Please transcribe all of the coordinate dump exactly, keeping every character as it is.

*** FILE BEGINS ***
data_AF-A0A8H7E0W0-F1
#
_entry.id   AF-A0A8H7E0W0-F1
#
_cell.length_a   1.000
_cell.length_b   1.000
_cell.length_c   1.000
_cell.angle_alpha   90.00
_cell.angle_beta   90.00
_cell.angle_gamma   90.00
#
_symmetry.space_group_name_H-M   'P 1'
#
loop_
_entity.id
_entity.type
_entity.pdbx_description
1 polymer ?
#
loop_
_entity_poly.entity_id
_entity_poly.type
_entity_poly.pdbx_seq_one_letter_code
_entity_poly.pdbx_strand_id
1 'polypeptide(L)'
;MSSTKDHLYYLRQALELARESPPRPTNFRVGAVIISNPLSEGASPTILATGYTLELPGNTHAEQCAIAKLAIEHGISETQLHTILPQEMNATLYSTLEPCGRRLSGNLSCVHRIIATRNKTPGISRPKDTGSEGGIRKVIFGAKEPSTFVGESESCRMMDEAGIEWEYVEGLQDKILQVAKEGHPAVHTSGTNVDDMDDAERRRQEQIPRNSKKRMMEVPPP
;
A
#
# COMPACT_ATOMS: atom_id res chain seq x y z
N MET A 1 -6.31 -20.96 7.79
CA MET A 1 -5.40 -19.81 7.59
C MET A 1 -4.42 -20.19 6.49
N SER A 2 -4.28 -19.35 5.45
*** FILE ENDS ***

data_AF-A0A8H7E0W0-F1
#
_entry.id   AF-A0A8H7E0W0-F1
#
_cell.length_a   1.000
_cell.length_b   1.000
_cell.length_c   1.000
_cell.angle_alpha   90.00
_cell.angle_beta   90.00
_cell.angle_gamma   90.00
#
_symmetry.space_group_name_H-M   'P 1'
#
loop_
_entity.id
_entity.type
_entity.pdbx_description
1 polymer ?
#
loop_
_entity_poly.entity_id
_entity_poly.type
_entity_poly.pdbx_seq_one_letter_code
_entity_poly.pdbx_strand_id
1 'polypeptide(L)'
;MSSTKDHLYYLRQALELARESPPRPTNFRVGAVIISNPLSEGASPTILATGYTLELPGNTHAEQCAIAKLAIEHGISETQLHTILPQEMNATLYSTLEPCGRRLSGNLSCVHRIIATRNKTPGISRPKDTGSEGGIRKVIFGAKEPSTFVGESESCRMMDEAGIEWEYVEGLQDKILQVAKEGHPAVHTSGTNVDDMDDAERRRQEQIPRNSKKRMMEVPPP
;
A
#
# COMPACT_ATOMS: atom_id res chain seq x y z
N MET A 1 -6.31 -20.96 7.79
CA MET A 1 -5.40 -19.81 7.59
C MET A 1 -4.42 -20.19 6.49
N SER A 2 -4.28 -19.35 5.45